United Kingdom, 9 min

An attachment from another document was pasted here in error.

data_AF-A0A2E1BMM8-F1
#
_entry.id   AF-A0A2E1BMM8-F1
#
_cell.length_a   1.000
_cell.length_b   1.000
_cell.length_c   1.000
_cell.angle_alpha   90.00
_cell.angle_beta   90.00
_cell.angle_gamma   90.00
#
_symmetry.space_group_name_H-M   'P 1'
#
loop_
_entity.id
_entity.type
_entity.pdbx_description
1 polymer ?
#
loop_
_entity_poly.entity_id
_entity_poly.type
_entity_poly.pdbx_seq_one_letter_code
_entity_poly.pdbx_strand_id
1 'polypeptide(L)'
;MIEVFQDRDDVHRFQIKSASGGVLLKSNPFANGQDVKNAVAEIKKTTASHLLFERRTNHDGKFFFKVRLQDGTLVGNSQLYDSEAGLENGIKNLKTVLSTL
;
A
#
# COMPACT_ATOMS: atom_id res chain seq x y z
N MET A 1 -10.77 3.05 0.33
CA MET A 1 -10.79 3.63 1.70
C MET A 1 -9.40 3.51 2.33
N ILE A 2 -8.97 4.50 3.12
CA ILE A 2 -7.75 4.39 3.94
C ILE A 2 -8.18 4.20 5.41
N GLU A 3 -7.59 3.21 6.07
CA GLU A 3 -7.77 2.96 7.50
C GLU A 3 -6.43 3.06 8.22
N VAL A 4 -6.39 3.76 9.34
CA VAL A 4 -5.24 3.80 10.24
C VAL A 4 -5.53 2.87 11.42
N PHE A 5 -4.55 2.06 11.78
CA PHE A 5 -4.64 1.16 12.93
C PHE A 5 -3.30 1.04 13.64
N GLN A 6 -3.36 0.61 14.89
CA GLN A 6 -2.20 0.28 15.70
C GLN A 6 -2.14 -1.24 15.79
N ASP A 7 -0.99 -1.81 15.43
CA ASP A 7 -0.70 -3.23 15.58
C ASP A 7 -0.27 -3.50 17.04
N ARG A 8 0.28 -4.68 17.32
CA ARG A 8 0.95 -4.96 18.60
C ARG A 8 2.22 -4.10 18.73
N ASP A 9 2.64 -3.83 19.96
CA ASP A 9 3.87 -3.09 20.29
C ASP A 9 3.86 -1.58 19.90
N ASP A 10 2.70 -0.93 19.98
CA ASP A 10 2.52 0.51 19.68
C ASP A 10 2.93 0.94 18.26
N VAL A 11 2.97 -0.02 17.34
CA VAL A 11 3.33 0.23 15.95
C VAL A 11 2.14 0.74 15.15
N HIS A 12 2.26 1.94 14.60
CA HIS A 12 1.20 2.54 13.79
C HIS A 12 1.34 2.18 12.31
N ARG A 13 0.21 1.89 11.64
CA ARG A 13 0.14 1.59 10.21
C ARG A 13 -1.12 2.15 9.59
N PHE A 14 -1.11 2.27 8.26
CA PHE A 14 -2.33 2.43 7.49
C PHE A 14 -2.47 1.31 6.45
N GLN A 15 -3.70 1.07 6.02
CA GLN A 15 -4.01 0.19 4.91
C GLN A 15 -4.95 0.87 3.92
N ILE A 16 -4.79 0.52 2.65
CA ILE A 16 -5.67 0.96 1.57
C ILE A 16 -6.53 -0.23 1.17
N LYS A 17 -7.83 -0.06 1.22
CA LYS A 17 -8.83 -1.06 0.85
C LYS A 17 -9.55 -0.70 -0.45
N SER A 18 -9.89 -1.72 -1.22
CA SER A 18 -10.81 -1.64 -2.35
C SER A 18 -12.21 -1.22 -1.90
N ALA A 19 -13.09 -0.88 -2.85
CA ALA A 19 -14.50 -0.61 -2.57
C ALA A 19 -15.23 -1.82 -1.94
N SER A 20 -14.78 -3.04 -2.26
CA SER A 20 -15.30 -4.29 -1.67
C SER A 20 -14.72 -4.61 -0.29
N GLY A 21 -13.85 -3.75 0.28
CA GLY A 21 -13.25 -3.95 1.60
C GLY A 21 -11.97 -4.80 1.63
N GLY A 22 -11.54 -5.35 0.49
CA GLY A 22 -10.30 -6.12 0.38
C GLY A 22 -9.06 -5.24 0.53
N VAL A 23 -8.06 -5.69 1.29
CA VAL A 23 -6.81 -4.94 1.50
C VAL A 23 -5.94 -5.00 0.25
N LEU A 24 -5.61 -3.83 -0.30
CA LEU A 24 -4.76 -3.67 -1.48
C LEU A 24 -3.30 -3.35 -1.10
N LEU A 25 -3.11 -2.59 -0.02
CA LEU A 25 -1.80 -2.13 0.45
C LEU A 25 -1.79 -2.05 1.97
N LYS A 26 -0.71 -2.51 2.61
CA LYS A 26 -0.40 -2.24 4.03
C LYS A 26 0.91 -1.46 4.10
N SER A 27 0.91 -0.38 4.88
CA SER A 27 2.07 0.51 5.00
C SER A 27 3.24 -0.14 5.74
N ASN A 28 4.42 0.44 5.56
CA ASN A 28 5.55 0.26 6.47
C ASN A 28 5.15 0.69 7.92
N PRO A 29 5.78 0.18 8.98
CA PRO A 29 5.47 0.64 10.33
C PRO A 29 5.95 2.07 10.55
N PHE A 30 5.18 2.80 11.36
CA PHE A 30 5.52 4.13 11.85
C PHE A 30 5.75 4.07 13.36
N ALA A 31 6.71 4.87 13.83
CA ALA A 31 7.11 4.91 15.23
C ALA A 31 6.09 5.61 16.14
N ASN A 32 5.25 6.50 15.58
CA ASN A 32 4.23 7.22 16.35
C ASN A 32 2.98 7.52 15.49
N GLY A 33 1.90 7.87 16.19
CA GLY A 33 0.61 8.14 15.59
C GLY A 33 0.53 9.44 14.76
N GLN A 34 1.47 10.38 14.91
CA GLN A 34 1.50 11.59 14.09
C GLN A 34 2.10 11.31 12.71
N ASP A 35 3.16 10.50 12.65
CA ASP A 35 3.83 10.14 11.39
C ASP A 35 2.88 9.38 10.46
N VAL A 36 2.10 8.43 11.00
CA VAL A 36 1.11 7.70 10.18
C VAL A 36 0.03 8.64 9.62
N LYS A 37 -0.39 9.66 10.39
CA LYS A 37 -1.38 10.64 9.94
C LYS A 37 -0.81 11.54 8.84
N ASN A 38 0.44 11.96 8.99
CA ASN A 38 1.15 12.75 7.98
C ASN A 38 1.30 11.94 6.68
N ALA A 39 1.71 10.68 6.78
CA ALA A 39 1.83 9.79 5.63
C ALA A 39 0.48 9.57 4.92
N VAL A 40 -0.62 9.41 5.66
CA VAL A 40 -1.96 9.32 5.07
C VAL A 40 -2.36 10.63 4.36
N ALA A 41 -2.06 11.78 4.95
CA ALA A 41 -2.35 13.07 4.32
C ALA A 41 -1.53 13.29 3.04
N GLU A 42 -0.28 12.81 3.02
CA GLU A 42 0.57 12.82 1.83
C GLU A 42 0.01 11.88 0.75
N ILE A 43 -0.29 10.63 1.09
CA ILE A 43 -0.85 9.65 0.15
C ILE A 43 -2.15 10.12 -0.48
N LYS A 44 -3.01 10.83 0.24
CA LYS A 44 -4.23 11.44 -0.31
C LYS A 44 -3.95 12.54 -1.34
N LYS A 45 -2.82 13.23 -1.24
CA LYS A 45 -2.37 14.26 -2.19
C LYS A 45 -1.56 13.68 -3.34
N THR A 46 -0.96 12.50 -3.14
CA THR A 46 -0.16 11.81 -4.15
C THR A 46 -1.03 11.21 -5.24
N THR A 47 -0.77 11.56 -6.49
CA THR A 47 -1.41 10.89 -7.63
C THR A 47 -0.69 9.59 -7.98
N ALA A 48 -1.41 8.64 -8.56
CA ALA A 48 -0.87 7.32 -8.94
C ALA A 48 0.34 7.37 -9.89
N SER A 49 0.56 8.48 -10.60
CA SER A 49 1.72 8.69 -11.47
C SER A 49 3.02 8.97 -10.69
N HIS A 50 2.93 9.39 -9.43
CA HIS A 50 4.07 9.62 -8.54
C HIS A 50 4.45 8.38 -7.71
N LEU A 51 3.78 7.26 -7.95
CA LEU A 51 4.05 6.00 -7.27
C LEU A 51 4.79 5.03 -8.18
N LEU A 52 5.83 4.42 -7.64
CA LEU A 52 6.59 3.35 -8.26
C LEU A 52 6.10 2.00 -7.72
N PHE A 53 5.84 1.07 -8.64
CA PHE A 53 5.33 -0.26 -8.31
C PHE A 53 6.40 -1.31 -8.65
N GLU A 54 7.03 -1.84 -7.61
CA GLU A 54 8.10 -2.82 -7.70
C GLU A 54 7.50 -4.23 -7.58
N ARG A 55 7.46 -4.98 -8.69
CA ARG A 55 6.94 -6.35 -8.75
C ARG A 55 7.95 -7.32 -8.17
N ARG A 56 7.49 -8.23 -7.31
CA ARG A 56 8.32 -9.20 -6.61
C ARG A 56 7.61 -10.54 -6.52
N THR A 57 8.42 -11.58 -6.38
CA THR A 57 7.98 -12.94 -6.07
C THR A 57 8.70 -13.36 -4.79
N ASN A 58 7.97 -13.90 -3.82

Myra Hess is a haunting presence in Jennings’s two finest films. You could say that she is the only character in them, or the only effigy. All the faces that find their way into Jennings’s films are unforgettable in their beauty, but they are anonymous faces, caught up in the tragedy of war, ephemeral. In Listen to Britain and A Diary for Timothy, the face of Myra Hess has the chiselled features of a medallion. In this montage of all the rushes of the extract used in A Diary for Timothy, Myra Hess is filmed for nine minutes at the National Gallery in London, where for six years she organised her famous “midday concerts”. There, she sought to maintain the morale of a population harassed by Nazi bombardments with – and this reveals her nobility of spirit – a massive programme of German composers. As in an Elizabethan theatre, the audience sits on either side of the stage and, in the background you can make out, in the wide-angle shots, the empty frame of one of the museum’s masterpieces, stored out of harm’s way. An empty frame. No picture. The music is vector of an unspeakable burden.
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